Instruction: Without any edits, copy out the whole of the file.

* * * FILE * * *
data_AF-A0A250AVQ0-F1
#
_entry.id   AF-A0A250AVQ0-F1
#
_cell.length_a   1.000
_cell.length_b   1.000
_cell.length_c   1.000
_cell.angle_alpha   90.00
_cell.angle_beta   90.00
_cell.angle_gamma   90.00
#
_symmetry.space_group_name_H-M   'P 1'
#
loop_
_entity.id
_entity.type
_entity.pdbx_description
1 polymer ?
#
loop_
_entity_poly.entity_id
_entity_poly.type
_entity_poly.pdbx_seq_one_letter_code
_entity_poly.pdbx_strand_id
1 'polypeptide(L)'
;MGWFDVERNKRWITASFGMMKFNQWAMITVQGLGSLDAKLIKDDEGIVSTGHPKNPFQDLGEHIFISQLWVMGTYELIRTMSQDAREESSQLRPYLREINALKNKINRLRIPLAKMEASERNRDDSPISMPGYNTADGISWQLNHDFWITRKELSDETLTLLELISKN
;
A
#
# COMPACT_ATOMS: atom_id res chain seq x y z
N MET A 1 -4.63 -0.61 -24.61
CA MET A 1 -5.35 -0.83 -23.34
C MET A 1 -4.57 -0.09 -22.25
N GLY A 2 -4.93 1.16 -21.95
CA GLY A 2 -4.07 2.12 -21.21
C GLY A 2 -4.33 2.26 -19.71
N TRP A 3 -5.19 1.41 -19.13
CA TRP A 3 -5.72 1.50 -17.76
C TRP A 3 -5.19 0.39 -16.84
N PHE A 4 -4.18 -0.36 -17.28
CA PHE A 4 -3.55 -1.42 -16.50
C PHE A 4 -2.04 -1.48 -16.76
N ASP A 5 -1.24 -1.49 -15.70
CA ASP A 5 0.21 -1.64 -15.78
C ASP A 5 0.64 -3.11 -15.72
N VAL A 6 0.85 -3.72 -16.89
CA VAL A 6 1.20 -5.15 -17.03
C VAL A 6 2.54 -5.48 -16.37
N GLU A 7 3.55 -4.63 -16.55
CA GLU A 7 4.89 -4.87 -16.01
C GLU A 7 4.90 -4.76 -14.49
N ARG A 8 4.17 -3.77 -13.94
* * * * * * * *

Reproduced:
data_AF-A0A250AVQ0-F1
#
_entry.id   AF-A0A250AVQ0-F1
#
_cell.length_a   1.000
_cell.length_b   1.000
_cell.length_c   1.000
_cell.angle_alpha   90.00
_cell.angle_beta   90.00
_cell.angle_gamma   90.00
#
_symmetry.space_group_name_H-M   'P 1'
#
loop_
_entity.id
_entity.type
_entity.pdbx_description
1 polymer ?
#
loop_
_entity_poly.entity_id
_entity_poly.type
_entity_poly.pdbx_seq_one_letter_code
_entity_poly.pdbx_strand_id
1 'polypeptide(L)'
;MGWFDVERNKRWITASFGMMKFNQWAMITVQGLGSLDAKLIKDDEGIVSTGHPKNPFQDLGEHIFISQLWVMGTYELIRTMSQDAREESSQLRPYLREINALKNKINRLRIPLAKMEASERNRDDSPISMPGYNTADGISWQLNHDFWITRKELSDETLTLLELISKN
;
A
#
# COMPACT_ATOMS: atom_id res chain seq x y z
N MET A 1 -4.63 -0.61 -24.61
CA MET A 1 -5.35 -0.83 -23.34
C MET A 1 -4.57 -0.09 -22.25
N GLY A 2 -4.93 1.16 -21.95
CA GLY A 2 -4.07 2.12 -21.21
C GLY A 2 -4.33 2.26 -19.71
N TRP A 3 -5.19 1.41 -19.13
CA TRP A 3 -5.72 1.50 -17.76
C TRP A 3 -5.19 0.39 -16.84
N PHE A 4 -4.18 -0.36 -17.28
CA PHE A 4 -3.55 -1.42 -16.50
C PHE A 4 -2.04 -1.48 -16.76
N ASP A 5 -1.24 -1.49 -15.70
CA ASP A 5 0.21 -1.64 -15.78
C ASP A 5 0.64 -3.11 -15.72
N VAL A 6 0.85 -3.72 -16.89
CA VAL A 6 1.20 -5.15 -17.03
C VAL A 6 2.54 -5.48 -16.37
N GLU A 7 3.55 -4.63 -16.55
CA GLU A 7 4.89 -4.87 -16.01
C GLU A 7 4.90 -4.76 -14.49
N ARG A 8 4.17 -3.77 -13.94